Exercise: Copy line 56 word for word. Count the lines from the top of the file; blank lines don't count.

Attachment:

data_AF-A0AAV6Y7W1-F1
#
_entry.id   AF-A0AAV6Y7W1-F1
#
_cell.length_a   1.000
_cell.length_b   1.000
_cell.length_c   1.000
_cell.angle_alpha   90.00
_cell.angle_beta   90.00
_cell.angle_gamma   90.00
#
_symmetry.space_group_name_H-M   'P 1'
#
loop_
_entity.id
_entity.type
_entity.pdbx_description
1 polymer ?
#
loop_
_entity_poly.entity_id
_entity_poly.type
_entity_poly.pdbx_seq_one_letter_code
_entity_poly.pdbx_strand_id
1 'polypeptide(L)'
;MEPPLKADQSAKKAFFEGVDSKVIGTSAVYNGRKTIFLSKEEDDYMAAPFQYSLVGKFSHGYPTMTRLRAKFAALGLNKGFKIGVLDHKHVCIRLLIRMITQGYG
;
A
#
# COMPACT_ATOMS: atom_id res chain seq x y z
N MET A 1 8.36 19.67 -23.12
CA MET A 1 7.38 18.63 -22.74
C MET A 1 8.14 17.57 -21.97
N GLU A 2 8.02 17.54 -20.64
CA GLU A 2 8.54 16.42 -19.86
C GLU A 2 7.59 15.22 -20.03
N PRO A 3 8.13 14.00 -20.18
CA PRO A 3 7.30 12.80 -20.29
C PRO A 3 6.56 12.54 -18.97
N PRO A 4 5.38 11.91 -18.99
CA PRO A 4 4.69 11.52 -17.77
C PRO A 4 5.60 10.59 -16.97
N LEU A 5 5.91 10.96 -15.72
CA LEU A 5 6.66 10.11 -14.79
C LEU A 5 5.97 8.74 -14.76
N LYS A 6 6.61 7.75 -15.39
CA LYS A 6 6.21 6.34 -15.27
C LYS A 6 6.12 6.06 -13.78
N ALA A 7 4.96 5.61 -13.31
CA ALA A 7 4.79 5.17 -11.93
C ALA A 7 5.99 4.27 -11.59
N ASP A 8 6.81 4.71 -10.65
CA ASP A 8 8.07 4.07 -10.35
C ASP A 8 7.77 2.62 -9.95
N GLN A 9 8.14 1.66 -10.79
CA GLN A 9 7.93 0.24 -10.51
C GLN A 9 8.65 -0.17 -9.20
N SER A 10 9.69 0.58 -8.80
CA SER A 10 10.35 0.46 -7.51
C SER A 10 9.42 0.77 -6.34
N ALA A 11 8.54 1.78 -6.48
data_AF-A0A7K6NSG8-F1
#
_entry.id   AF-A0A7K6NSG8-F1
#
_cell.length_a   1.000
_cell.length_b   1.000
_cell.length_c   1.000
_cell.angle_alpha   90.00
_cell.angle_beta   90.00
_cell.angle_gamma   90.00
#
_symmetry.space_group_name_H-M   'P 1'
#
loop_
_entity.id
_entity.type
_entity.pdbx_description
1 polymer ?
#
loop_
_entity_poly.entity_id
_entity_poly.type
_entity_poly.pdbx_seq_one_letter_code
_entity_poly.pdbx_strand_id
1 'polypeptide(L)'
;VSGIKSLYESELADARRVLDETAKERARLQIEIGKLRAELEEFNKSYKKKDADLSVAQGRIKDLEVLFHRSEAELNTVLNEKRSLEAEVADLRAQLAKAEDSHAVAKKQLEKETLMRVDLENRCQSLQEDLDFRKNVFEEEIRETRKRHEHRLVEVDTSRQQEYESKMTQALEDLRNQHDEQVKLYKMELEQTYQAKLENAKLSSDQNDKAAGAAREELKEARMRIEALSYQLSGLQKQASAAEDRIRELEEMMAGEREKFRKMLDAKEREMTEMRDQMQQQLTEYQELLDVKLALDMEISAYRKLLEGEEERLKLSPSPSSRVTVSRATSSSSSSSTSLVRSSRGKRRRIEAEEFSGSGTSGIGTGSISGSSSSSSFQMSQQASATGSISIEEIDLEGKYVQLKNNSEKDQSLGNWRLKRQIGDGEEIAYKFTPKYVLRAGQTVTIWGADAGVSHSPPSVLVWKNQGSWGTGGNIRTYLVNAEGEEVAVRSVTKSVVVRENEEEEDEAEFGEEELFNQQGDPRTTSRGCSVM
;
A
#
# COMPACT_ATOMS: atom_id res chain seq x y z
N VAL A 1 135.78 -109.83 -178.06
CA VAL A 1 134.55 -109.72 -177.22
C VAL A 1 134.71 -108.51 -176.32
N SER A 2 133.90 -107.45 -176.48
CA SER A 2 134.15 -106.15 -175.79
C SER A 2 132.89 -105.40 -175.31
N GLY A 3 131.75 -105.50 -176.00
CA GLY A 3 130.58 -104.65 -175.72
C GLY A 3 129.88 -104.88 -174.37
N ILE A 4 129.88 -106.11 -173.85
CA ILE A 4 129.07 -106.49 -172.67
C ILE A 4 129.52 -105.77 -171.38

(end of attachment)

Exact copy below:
CA GLN A 9 7.93 0.24 -10.51